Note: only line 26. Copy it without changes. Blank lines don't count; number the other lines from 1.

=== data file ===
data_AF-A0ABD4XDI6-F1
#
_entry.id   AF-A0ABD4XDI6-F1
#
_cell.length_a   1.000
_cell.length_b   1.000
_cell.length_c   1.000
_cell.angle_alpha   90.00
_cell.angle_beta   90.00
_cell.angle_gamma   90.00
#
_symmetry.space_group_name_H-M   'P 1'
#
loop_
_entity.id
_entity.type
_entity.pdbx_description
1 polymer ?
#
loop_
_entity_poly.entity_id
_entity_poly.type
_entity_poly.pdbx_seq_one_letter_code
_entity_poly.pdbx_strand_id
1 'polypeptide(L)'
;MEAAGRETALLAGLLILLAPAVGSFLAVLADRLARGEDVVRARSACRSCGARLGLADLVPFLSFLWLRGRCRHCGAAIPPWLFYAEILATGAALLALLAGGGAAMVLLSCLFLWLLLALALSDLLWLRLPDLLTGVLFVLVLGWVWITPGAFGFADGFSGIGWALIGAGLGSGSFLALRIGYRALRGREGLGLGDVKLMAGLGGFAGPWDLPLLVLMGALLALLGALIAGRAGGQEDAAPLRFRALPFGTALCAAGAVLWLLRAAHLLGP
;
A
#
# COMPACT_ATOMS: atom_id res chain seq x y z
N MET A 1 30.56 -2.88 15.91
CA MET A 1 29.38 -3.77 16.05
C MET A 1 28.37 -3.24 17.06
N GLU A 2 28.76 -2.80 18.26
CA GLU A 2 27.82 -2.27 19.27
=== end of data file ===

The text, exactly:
;MEAAGRETALLAGLLILLAPAVGSFLAVLADRLARGEDVVRARSACRSCGARLGLADLVPFLSFLWLRGRCRHCGAAIPPWLFYAEILATGAALLALLAGGGAAMVLLSCLFLWLLLALALSDLLWLRLPDLLTGVLFVLVLGWVWITPGAFGFADGFSGIGWALIGAGLGSGSFLALRIGYRALRGREGLGLGDVKLMAGLGGFAGPWDLPLLVLMGALLALLGALIAGRAGGQEDAAPLRFRALPFGTALCAAGAVLWLLRAAHLLGP